Inventory management more difficult

Reaffirmed: the importance of an Inventory Management policy in 2023

Recently, the Dutch OMT has officially declared COVID-19 to be ‘endemic’ – suggesting that the worst might be behind us.[1] Nevertheless, the global pandemic has caused an enormous disruption in most supply chains. On top of the pandemic, the horrible 2022 invasion of Ukraine has resulted in an even more unpredictable and unstable environment for organizations to operate in.

A 2023 research amongst publicly traded companies in Finland, conducted by Olli-Pekka Hilmola, concluded that inventories have substantially increased over the course of 2021 and 2022. As Hilmola states: ‘It could be said that (…) companies realized that low inventory days and just-in-time systems were not for operating in the environment they were facing.’[2]
Frequently mentioned causes of said build-up of inventory were – amongst others – availability issues, buffering need, and increasing prices.

Despite the changed playing field, a considerable amount of organizations did not modify (or draft, for that matter) their Inventory Management policy adequately – e.g. in terms of average inventory, safety stock, and re-order points – resulting in stockouts and delays that could have easily been prevented. If anything, the crises mentioned above have emphasized the need for proper Inventory Management.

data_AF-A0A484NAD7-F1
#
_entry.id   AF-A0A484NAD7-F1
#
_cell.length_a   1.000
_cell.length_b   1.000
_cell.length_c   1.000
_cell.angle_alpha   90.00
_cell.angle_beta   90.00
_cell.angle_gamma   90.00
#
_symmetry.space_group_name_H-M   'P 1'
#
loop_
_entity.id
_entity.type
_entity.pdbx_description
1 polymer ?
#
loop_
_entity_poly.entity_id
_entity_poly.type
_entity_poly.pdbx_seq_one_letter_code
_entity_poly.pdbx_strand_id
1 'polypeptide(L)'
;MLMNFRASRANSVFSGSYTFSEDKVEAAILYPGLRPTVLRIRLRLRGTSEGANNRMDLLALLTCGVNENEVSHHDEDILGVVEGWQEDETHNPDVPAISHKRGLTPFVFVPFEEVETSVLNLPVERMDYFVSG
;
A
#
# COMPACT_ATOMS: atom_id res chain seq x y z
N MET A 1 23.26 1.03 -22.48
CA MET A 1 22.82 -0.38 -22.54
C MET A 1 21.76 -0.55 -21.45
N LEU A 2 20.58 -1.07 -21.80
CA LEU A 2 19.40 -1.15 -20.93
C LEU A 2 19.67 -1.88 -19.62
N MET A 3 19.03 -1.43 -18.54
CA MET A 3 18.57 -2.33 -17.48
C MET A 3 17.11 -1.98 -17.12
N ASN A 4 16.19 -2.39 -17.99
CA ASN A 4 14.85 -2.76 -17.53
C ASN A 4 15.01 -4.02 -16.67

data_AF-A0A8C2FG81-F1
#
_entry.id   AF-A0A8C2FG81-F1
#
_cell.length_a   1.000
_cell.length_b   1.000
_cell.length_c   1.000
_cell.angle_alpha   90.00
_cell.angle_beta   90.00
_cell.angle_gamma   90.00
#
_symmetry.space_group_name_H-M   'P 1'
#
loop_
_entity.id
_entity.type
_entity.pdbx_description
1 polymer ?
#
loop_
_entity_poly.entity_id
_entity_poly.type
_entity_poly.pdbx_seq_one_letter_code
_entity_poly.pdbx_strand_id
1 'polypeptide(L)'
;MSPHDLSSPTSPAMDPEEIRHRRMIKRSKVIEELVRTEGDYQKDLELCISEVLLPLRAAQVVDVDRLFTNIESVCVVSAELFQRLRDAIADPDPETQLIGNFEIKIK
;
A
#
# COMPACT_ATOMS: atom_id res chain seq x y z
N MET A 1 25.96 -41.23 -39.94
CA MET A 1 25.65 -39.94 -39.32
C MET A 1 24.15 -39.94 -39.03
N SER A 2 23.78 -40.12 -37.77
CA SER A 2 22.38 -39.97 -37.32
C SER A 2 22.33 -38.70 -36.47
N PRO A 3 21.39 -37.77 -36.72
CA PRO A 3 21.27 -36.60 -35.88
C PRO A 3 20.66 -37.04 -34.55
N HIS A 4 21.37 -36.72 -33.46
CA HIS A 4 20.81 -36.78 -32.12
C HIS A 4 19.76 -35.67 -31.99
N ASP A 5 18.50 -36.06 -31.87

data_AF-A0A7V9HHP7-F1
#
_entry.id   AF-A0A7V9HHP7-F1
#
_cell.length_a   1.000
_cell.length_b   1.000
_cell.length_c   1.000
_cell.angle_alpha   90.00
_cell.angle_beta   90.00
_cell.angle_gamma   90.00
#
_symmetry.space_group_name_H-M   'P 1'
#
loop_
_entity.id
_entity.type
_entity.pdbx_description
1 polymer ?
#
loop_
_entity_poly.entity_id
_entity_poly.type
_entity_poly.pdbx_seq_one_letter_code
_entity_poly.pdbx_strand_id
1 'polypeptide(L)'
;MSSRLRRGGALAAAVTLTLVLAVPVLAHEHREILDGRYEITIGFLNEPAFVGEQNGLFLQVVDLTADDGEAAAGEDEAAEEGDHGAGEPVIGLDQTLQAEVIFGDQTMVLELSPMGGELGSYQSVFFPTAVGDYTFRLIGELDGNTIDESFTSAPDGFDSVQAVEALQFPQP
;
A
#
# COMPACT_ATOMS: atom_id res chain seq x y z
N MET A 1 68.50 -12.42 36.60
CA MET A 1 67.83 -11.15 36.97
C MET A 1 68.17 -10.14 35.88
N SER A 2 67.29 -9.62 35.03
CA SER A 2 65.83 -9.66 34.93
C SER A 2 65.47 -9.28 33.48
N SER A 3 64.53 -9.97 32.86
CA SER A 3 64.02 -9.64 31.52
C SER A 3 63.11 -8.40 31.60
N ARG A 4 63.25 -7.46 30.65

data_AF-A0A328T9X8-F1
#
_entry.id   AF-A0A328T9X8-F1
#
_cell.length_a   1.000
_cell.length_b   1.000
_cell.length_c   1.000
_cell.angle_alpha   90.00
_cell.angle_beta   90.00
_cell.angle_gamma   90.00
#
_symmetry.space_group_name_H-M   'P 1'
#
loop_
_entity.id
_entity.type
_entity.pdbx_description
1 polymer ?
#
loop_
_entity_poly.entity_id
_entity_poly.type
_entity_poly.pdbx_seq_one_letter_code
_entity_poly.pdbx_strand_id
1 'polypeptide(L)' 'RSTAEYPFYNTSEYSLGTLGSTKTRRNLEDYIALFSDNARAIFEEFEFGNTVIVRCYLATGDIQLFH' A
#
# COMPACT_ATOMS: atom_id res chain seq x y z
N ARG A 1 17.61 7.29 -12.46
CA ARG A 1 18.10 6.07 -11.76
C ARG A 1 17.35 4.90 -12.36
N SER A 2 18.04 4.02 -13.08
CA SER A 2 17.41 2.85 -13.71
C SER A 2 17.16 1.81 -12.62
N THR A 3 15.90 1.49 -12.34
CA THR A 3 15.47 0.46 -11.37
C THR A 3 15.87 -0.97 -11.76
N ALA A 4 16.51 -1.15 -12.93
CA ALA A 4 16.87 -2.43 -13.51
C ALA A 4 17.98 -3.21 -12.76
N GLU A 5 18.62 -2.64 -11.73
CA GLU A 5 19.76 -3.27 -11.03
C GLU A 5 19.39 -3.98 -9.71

Would you like to (re-)evaluate your own inventory management, based on available data? At WeY, we specialize in Warehouse Engineering. Feel free to reach out to myself or one of my colleagues – we’re happy to help!

As a final note: the above cannot be viewed separately from your sourcing strategy, obviously –organizations have to review the matter integrally; with inventory resilience as a key priority.



[2] Hilmola, Olli-Pekka, 2023, ‘In the Midst of the Coronavirus and Geopolitical Crises – Inventory Efficiency and Challenges faced in Finland’